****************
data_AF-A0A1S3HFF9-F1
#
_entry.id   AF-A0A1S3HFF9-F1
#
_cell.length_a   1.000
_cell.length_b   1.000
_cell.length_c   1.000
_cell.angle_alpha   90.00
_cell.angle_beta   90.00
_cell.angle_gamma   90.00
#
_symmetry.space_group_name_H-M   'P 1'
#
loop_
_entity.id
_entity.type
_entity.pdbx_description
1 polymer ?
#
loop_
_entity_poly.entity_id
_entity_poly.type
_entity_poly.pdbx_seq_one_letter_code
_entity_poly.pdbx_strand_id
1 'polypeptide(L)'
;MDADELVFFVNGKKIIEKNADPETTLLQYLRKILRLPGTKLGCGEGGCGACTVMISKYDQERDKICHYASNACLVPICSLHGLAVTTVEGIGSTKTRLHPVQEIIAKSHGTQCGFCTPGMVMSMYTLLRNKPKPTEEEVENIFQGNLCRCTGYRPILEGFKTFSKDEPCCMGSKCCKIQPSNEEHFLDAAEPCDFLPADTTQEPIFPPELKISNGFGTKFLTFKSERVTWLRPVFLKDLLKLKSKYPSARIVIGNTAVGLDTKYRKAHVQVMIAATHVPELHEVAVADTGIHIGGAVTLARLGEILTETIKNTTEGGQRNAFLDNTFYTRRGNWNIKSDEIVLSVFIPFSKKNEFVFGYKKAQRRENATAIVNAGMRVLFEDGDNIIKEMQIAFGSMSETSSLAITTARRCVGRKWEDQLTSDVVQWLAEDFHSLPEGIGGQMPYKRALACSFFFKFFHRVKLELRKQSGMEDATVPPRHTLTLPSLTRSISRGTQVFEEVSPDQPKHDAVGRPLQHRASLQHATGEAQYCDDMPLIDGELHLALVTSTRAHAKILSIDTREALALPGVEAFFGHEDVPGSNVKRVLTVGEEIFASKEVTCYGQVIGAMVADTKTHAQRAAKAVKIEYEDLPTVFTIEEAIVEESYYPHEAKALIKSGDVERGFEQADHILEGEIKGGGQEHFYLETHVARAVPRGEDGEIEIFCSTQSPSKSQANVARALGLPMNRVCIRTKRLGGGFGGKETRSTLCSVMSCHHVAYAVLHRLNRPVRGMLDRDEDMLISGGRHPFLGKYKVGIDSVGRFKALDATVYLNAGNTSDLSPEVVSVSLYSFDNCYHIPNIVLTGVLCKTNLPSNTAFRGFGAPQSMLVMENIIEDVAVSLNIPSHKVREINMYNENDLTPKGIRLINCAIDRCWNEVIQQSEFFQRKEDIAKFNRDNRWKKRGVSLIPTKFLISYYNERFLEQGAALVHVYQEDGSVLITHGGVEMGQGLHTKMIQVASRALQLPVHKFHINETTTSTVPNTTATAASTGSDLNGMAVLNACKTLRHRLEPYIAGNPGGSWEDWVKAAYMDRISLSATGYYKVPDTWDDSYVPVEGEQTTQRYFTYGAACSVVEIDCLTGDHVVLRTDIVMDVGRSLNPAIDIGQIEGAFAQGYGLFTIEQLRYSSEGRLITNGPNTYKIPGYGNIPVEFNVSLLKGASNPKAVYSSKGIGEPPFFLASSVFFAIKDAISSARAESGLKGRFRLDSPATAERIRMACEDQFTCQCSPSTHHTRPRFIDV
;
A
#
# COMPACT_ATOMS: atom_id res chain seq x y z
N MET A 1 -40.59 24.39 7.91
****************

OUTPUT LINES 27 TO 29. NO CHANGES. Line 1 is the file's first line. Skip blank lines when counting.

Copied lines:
;
A
#